When two Russian passenger jets slammed into the ground nearly
simultaneously last week, the first word government officials
uttered was "terrorism."
These days, that word means one thing: Osama bin Laden. He is
linked to every terror attack in the past decade, either for issuing
orders or for providing inspiration. There is little doubt that he
has single-handedly changed the course of human events.
Still, although just about everyone now knows him on a first-
name basis, few know more than a little about the man himself, the
world he came from, or how events in that part of the world helped
shape who he's become. This newly released book could change that.
Jonathan Randal, a former Washington Post reporter who spent 40
years covering and living in Middle East hot spots, has written
"Osama: The Making of a Terrorist."
Although unable to meet with the Al Qaeda leader personally,
Randal ably weaves together what's been reported about Osama's early
and middle years, creating a much fuller portrayal of a person
deeply affected by familial relationships and the struggle for peace
in the Middle East.
At the same time, Randal punctures much of the Osama myth. He
shows how bin Laden not only grew as a human being but capably
reinvented himself time and again, playing the media as deftly as
any polished politician.
Still, the title of the book is a bit misleading. It is not so
much a bin Laden biography as a primer on the past 40 years of the
region's history and its entangled relations with the United States.
Each chapter characterizes a period in bin Laden's life: one on the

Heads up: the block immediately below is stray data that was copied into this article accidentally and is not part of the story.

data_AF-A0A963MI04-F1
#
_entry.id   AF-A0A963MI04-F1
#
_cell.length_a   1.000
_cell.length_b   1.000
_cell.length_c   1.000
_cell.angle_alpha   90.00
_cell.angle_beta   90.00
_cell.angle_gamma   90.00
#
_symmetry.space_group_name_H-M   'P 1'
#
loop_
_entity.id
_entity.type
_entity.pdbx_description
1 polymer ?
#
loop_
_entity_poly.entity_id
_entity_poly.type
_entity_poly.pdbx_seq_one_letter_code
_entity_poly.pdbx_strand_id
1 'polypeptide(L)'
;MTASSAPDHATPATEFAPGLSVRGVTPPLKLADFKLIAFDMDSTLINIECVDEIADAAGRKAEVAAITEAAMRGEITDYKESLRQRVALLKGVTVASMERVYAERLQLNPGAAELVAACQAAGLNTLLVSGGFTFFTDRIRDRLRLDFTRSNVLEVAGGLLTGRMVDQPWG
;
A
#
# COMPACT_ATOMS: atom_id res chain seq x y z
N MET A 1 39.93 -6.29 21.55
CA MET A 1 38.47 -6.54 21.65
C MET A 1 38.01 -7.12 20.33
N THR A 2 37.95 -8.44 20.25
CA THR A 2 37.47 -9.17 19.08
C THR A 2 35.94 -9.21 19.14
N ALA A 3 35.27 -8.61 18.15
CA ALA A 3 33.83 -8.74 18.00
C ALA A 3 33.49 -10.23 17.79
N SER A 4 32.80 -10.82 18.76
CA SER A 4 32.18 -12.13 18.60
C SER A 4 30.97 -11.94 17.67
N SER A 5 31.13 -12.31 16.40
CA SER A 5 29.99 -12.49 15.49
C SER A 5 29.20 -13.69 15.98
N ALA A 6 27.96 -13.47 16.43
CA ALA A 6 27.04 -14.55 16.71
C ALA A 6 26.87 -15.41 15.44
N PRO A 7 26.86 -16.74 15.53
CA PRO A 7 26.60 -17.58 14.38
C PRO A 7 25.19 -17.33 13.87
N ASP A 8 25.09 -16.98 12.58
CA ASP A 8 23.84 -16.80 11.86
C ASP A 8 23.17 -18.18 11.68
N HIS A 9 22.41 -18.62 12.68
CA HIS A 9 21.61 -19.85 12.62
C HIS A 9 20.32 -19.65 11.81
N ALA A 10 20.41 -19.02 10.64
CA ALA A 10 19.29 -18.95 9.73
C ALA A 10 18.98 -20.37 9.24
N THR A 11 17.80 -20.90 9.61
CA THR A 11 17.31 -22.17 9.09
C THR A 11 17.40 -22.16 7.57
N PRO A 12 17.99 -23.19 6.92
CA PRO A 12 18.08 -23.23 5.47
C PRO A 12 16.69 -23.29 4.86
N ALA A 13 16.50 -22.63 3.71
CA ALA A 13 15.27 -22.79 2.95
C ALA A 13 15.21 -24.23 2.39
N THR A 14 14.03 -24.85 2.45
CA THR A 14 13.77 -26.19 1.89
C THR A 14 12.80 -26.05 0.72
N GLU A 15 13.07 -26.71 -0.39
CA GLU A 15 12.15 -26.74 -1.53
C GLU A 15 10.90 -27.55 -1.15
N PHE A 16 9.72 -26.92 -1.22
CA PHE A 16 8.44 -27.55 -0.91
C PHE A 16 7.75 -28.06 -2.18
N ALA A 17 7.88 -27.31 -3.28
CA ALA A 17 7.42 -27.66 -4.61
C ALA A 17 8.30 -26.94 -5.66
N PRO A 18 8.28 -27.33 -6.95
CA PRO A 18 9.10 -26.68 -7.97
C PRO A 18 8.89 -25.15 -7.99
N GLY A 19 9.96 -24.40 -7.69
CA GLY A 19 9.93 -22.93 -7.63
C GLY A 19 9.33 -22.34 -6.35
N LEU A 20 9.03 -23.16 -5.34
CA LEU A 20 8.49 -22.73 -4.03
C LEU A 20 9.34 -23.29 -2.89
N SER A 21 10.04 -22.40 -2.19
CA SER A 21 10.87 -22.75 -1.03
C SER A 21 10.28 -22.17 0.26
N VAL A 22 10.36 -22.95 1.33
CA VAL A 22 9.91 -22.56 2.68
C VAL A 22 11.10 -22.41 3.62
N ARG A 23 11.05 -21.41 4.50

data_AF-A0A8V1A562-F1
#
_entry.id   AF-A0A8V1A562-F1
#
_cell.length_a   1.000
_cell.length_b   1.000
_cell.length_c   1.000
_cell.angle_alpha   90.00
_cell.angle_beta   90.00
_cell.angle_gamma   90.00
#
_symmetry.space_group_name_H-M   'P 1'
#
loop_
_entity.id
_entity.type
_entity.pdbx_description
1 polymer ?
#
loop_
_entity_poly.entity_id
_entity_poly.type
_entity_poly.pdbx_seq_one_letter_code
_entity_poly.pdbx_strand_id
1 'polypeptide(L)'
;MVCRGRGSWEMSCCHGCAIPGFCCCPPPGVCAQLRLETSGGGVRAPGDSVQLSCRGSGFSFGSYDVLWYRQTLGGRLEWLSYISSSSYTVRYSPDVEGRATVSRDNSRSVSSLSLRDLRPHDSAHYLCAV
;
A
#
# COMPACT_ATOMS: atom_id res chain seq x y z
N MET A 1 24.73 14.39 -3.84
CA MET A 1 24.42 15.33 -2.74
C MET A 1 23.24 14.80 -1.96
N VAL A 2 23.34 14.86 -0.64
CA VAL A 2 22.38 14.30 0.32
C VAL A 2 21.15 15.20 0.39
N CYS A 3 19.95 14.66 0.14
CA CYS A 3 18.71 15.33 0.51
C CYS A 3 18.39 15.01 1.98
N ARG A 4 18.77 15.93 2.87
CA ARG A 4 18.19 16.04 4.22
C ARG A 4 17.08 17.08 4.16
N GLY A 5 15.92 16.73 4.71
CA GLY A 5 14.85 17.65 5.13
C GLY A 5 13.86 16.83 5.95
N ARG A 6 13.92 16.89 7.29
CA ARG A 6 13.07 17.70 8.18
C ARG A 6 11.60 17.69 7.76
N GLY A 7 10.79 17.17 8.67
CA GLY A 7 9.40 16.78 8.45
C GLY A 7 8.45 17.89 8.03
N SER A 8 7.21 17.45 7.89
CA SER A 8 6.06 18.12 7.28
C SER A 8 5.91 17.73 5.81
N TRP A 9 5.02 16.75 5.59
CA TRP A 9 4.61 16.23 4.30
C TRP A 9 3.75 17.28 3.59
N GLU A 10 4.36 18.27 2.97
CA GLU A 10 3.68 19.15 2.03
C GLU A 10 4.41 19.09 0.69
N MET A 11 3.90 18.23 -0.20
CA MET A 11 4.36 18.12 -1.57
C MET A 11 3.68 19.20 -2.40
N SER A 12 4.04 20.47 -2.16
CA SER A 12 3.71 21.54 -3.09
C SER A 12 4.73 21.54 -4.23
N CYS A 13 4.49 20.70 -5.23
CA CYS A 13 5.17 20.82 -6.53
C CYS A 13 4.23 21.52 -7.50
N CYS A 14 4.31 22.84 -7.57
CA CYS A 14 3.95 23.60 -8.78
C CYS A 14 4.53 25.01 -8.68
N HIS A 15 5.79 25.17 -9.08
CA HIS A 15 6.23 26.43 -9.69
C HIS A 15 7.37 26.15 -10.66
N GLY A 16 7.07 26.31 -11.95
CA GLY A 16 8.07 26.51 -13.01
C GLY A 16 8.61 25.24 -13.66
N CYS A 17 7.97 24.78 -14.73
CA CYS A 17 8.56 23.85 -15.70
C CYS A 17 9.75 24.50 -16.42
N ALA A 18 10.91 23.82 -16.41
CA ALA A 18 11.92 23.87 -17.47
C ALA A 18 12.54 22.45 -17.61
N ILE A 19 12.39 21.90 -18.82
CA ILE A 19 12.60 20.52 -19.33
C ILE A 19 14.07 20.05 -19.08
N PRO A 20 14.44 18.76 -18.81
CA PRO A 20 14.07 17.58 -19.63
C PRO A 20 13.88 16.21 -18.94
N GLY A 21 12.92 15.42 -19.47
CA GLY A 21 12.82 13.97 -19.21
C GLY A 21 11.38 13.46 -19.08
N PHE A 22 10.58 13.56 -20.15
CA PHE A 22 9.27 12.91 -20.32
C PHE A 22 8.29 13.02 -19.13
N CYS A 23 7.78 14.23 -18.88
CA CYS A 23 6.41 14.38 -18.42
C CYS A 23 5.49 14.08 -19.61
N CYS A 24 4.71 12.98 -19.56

ultrareligious Saudi Arabia, where bin Laden grew up; another on
Afghanistan, where bin Laden honed his fighting and leadership
skills; another on the Sudan, where bin Laden based his operations
for a short period; and another on Algeria, where jihadists have
long struggled for an Islamic state.
The beauty of Randal's narrative is how richly it's rooted in his
reporting experiences. He peppers telling anecdotes throughout -
sometimes from Osama's era, sometimes from an earlier, but still
He tells one, for example, in an effort to explain the convoluted
relationship that began in the 1940s between Saudi Arabia and the
United States based on reasonably priced oil in return for military
protection - one of the major reasons that bin Laden turned against
As this relationship grew and cash began to flow freely into
Saudi Arabia, the revelry that broke out among the ruling royal
family, renowned keepers of the two holiest Muslim shrines, was
considered apostasy by the religious leaders, the royals' supposed
partners in government. But the monarchy continued to thrive.
Randal relates a conversation he had back in the 1970s, during
those days of high living, with an American ambassador to Saudi
Arabia, who tried to explain how this strange marriage of
The ambassador, Randall says, "compared the regime King Abdulaziz
bin al-Saud created to a bumblebee. …